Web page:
There were no signs of a struggle. A single shot had been heard and a single bullet was missing from her rifle. Investigators decided it was a suicide. There wasn't a note or any witnesses to Cheryl James's final movements.

Cheryl James's state of mind

Image copyright James Family

The new inquest heard from 109 witnesses. Among them were soldiers, now in their late thirties and early forties, who had trained with Cheryl James.

Deepcut camp was described as an unhappy place with bullying, low morale and a boring regime. Some of Pte James's friends said she'd had enough of Army life and wanted to leave.

One friend, Helen Miller, told the inquest: "She didn't care about the Army and I don't think she felt that the Army cared about her."

Other friends described how Cheryl James had been sexually propositioned by an instructor when she was away from Deepcut on a driving course in the weeks before her death. But an allegation from one former soldier that she may have been raped the night before she died was not corroborated.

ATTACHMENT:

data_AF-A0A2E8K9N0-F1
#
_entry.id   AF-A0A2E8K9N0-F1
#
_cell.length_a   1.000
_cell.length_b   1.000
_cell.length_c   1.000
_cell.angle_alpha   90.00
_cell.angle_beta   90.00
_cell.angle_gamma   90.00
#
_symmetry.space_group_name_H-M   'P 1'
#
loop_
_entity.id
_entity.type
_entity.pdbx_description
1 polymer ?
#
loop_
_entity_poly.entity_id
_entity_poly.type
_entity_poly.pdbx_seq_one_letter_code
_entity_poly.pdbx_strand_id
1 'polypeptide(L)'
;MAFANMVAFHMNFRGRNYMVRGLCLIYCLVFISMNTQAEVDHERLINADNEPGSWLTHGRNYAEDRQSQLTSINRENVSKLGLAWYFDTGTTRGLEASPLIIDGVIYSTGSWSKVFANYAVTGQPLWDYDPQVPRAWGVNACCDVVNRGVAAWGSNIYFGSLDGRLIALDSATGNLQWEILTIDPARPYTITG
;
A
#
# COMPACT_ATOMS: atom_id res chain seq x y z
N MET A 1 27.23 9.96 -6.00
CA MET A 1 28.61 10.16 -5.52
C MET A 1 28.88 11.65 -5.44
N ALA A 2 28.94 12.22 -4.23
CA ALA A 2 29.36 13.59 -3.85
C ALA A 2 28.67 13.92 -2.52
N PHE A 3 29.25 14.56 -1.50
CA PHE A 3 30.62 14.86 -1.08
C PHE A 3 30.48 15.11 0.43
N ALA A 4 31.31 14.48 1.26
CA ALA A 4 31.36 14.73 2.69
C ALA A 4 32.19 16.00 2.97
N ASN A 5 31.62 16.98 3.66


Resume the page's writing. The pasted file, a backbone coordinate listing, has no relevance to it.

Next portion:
At the time of her death Cheryl James was trying to choose between two soldier boyfriends. Some of her fellow trainees had criticised the way she was treating the men.

One of her boyfriends, Simeon Carr-Minns, now 39, told the inquest: "When I first got to know her she was chirpy, vivacious, happy. During the weekend before her death I started to realise that there were deeper issues with her, that she was not as happy as she was making out to be."

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But others who had seen her in the 24 hours before her death, including on the morning, said there was no indication she was depressed and they found it hard to believe she would have taken her own life.

Her second boyfriend, Paul Wilkinson, now 37, had seen her just before she was found dead. At the inquest he said he went down to the guard post to tell her she had to choose between him and Simeon Carr-Minns, who was known as Jim.

Paul Wilkinson described how he was with Pte James for about three-quarters of an hour. He said she was fine when he left her at around 8.15am and they had arranged to meet later that day. He said he was escorted back to the barracks by a major who had told him to go. But the officer told the inquest that Paul Wilkinson was still at the gate when he left.